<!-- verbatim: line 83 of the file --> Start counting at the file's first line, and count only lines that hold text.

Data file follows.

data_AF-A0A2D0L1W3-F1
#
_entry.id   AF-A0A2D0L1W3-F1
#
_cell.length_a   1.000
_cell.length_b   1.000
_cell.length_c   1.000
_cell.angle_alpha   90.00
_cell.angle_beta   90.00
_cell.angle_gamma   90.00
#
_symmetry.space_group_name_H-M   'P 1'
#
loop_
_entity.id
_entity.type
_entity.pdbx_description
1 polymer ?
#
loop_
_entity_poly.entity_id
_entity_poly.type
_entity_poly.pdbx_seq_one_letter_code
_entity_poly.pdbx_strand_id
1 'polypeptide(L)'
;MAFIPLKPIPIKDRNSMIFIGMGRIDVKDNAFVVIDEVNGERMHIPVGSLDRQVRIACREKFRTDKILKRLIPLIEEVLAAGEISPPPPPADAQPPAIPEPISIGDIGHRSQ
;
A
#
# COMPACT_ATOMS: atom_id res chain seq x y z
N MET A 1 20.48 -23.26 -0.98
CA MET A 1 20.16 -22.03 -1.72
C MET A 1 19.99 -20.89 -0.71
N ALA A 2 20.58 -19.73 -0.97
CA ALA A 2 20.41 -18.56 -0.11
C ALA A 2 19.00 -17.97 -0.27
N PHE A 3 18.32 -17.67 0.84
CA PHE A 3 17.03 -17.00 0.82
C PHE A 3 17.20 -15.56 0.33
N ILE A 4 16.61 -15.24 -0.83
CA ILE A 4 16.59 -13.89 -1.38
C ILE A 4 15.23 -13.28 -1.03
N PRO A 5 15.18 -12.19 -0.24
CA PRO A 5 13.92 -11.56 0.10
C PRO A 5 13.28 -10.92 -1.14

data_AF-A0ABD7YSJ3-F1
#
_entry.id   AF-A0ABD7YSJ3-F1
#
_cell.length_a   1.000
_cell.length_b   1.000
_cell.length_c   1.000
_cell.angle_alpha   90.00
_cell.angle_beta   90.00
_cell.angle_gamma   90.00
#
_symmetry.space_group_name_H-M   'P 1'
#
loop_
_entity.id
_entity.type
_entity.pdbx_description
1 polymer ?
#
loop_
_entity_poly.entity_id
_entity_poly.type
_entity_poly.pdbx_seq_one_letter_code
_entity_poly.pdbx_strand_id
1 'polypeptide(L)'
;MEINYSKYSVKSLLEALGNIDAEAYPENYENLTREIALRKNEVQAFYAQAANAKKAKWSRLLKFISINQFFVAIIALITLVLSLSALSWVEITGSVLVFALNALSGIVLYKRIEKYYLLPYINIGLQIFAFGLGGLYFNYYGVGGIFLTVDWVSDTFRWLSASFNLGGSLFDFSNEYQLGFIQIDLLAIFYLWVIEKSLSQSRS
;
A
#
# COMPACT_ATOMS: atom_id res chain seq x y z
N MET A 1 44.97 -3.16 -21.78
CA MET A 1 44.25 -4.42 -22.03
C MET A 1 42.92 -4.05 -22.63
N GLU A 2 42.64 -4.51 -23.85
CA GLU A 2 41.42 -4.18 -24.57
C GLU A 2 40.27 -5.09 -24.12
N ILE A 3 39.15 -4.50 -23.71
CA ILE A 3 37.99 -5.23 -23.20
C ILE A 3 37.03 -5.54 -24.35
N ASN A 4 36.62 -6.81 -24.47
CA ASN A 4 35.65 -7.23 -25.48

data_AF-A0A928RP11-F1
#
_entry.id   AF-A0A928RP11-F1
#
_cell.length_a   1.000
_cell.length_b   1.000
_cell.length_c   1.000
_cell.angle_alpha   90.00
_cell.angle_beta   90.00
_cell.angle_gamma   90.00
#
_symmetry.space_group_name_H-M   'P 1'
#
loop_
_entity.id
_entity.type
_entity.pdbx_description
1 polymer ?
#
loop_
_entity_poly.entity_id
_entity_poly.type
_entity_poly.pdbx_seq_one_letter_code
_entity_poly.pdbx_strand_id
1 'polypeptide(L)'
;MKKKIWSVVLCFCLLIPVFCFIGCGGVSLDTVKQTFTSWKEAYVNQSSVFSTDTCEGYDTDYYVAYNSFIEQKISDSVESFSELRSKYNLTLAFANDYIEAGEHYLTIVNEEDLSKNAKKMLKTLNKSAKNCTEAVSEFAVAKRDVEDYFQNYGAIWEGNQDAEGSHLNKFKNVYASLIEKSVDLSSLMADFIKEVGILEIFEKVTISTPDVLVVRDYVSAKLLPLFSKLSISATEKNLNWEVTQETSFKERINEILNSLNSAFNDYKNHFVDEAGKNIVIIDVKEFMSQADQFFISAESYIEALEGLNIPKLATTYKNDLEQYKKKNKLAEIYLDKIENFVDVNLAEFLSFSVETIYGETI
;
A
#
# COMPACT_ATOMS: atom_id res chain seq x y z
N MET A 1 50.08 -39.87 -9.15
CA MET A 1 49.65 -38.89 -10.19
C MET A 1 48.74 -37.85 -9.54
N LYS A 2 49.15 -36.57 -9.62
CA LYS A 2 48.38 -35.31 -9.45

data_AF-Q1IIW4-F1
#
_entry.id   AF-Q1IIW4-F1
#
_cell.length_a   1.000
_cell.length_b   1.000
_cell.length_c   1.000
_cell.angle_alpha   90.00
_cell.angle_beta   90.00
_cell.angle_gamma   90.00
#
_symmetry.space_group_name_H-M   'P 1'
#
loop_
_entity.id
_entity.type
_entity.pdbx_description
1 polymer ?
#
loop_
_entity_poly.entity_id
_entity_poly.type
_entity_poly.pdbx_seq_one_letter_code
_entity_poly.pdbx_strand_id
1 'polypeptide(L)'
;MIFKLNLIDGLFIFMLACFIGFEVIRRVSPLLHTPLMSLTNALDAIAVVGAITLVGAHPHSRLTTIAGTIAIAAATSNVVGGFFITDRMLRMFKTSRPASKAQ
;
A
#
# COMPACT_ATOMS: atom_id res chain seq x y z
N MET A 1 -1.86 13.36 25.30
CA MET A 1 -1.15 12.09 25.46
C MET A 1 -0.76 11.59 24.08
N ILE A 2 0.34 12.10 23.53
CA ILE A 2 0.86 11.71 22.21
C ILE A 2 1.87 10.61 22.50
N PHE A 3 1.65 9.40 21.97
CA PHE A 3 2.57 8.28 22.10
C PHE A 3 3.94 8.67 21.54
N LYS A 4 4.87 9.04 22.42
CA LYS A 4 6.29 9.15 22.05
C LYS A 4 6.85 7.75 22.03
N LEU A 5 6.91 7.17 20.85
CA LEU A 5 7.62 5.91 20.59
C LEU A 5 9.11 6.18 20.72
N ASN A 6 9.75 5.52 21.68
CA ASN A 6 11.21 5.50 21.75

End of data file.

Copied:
CA ILE A 3 37.99 -5.23 -23.20